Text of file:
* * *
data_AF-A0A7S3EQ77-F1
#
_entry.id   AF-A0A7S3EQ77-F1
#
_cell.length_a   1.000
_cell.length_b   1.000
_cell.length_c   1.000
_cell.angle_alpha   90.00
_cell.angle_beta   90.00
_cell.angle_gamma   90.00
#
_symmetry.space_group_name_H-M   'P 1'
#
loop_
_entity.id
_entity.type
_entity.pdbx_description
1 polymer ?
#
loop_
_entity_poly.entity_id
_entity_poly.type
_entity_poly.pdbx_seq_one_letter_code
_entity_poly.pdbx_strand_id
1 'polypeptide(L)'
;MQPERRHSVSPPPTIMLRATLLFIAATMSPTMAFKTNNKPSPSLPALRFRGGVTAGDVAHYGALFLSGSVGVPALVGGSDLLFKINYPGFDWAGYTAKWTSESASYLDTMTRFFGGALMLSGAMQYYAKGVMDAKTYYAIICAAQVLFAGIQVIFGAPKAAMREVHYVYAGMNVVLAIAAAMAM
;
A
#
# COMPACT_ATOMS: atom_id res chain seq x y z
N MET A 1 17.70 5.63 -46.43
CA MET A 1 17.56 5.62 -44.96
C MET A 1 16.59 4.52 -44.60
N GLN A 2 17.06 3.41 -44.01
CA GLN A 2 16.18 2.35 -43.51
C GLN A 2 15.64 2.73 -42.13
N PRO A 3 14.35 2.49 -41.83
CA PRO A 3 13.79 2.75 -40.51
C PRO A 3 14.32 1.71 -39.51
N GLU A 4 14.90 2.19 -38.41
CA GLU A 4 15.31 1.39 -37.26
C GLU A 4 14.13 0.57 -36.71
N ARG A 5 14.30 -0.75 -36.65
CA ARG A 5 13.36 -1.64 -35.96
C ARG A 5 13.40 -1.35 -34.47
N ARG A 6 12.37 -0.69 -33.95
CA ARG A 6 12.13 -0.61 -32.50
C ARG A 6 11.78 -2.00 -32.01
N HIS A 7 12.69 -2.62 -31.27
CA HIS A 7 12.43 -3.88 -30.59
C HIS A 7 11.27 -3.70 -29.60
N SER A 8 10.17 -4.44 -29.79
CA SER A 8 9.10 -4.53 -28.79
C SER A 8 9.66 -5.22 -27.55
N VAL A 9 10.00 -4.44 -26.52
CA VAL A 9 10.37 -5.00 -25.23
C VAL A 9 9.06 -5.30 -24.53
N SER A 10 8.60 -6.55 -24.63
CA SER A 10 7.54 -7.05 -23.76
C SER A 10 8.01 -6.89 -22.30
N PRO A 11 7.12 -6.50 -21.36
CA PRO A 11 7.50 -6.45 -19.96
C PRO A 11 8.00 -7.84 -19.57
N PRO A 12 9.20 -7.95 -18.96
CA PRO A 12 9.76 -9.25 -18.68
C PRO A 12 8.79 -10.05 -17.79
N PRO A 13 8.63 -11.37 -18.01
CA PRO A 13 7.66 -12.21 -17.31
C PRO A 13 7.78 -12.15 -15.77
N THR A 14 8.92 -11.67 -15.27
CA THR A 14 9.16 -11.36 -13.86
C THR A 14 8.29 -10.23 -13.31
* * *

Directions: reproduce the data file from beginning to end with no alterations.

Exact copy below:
data_AF-A0A7S3EQ77-F1
#
_entry.id   AF-A0A7S3EQ77-F1
#
_cell.length_a   1.000
_cell.length_b   1.000
_cell.length_c   1.000
_cell.angle_alpha   90.00
_cell.angle_beta   90.00
_cell.angle_gamma   90.00
#
_symmetry.space_group_name_H-M   'P 1'
#
loop_
_entity.id
_entity.type
_entity.pdbx_description
1 polymer ?
#
loop_
_entity_poly.entity_id
_entity_poly.type
_entity_poly.pdbx_seq_one_letter_code
_entity_poly.pdbx_strand_id
1 'polypeptide(L)'
;MQPERRHSVSPPPTIMLRATLLFIAATMSPTMAFKTNNKPSPSLPALRFRGGVTAGDVAHYGALFLSGSVGVPALVGGSDLLFKINYPGFDWAGYTAKWTSESASYLDTMTRFFGGALMLSGAMQYYAKGVMDAKTYYAIICAAQVLFAGIQVIFGAPKAAMREVHYVYAGMNVVLAIAAAMAM
;
A
#
# COMPACT_ATOMS: atom_id res chain seq x y z
N MET A 1 17.70 5.63 -46.43
CA MET A 1 17.56 5.62 -44.96
C MET A 1 16.59 4.52 -44.60
N GLN A 2 17.06 3.41 -44.01
CA GLN A 2 16.18 2.35 -43.51
C GLN A 2 15.64 2.73 -42.13
N PRO A 3 14.35 2.49 -41.83
CA PRO A 3 13.79 2.75 -40.51
C PRO A 3 14.32 1.71 -39.51
N GLU A 4 14.90 2.19 -38.41
CA GLU A 4 15.31 1.39 -37.26
C GLU A 4 14.13 0.57 -36.71
N ARG A 5 14.30 -0.75 -36.65
CA ARG A 5 13.36 -1.64 -35.96
C ARG A 5 13.40 -1.35 -34.47
N ARG A 6 12.37 -0.69 -33.95
CA ARG A 6 12.13 -0.61 -32.50
C ARG A 6 11.78 -2.00 -32.01
N HIS A 7 12.69 -2.62 -31.27
CA HIS A 7 12.43 -3.88 -30.59
C HIS A 7 11.27 -3.70 -29.60
N SER A 8 10.17 -4.44 -29.79
CA SER A 8 9.10 -4.53 -28.79
C SER A 8 9.66 -5.22 -27.55
N VAL A 9 10.00 -4.44 -26.52
CA VAL A 9 10.37 -5.00 -25.23
C VAL A 9 9.06 -5.30 -24.53
N SER A 10 8.60 -6.55 -24.63
CA SER A 10 7.54 -7.05 -23.76
C SER A 10 8.01 -6.89 -22.30
N PRO A 11 7.12 -6.50 -21.36
CA PRO A 11 7.50 -6.45 -19.96
C PRO A 11 8.00 -7.84 -19.57
N PRO A 12 9.20 -7.95 -18.96
CA PRO A 12 9.76 -9.25 -18.68
C PRO A 12 8.79 -10.05 -17.79
N PRO A 13 8.63 -11.37 -18.01
CA PRO A 13 7.66 -12.21 -17.31
C PRO A 13 7.78 -12.15 -15.77
N THR A 14 8.92 -11.67 -15.27
CA THR A 14 9.16 -11.36 -13.86
C THR A 14 8.29 -10.23 -13.31